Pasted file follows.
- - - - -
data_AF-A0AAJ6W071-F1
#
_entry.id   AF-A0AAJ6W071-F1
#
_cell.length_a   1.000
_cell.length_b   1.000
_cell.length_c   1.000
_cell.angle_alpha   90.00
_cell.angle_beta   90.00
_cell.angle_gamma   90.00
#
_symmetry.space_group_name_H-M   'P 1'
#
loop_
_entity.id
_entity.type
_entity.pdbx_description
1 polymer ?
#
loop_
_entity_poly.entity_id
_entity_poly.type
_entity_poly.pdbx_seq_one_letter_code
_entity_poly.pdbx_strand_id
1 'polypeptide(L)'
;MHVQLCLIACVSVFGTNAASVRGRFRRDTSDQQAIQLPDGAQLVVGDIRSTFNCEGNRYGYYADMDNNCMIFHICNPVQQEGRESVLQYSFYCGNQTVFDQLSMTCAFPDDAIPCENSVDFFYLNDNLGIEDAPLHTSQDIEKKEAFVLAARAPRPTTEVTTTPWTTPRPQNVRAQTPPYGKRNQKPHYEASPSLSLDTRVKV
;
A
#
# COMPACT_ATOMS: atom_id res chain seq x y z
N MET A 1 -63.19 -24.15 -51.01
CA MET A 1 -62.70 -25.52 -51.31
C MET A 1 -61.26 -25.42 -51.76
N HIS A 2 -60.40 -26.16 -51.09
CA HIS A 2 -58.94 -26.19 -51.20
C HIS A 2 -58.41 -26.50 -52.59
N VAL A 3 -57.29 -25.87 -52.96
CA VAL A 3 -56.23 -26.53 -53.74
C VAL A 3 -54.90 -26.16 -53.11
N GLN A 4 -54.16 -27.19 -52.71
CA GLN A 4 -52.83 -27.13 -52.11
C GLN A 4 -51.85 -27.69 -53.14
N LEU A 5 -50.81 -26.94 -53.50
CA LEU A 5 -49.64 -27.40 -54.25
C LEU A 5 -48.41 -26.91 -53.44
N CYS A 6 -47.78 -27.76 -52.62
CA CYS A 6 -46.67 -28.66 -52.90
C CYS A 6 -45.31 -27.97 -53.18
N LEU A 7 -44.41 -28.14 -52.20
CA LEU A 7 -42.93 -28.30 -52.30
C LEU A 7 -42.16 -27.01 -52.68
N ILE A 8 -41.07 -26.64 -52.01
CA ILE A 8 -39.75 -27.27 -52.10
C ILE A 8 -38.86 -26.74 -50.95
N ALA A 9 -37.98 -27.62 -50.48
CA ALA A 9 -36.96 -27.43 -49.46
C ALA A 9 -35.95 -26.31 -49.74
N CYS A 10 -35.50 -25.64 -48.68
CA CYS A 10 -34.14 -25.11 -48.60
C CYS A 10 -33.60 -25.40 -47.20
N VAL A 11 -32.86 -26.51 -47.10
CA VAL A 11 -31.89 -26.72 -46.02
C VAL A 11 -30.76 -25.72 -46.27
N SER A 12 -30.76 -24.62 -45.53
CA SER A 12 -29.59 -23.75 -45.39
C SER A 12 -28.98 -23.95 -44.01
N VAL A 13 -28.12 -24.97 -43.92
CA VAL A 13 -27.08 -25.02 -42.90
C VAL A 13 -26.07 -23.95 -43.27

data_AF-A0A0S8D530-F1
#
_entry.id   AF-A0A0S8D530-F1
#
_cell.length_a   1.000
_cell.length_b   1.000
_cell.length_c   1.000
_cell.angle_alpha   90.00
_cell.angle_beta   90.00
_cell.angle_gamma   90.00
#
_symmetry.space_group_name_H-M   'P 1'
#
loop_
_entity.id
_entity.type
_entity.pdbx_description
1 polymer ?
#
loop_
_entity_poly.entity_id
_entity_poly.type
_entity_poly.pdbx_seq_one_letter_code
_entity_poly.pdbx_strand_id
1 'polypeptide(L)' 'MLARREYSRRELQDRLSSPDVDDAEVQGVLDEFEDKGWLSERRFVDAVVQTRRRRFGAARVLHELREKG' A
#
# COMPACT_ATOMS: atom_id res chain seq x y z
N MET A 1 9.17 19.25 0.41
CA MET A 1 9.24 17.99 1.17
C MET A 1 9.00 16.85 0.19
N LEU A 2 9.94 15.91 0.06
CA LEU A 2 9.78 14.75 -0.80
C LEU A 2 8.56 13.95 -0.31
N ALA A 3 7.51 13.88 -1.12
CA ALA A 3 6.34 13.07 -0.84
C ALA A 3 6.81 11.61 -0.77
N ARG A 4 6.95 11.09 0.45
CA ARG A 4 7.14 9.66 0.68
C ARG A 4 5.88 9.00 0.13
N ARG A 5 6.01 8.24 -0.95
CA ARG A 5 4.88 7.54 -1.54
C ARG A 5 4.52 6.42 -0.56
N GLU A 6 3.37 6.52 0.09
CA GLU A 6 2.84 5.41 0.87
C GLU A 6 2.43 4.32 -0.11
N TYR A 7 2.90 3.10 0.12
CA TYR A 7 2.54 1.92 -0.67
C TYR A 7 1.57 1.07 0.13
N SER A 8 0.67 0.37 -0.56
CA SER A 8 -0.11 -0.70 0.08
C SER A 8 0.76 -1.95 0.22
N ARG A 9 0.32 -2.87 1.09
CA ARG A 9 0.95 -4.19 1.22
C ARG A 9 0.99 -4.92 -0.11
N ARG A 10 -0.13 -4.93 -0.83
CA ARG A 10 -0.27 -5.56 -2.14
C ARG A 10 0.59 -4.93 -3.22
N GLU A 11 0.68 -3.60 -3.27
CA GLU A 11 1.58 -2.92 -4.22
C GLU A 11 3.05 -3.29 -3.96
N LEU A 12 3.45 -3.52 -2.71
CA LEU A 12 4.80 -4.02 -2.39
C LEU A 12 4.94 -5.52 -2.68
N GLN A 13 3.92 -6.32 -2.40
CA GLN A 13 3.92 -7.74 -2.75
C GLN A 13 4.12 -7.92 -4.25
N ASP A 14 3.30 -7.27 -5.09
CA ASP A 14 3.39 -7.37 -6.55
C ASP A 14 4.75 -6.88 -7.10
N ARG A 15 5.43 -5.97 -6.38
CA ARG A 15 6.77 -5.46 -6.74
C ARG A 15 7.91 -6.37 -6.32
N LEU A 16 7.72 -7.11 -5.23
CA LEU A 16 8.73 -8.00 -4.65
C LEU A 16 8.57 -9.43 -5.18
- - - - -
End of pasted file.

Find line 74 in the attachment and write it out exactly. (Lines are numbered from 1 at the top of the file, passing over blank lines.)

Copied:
_cell.length_a   1.000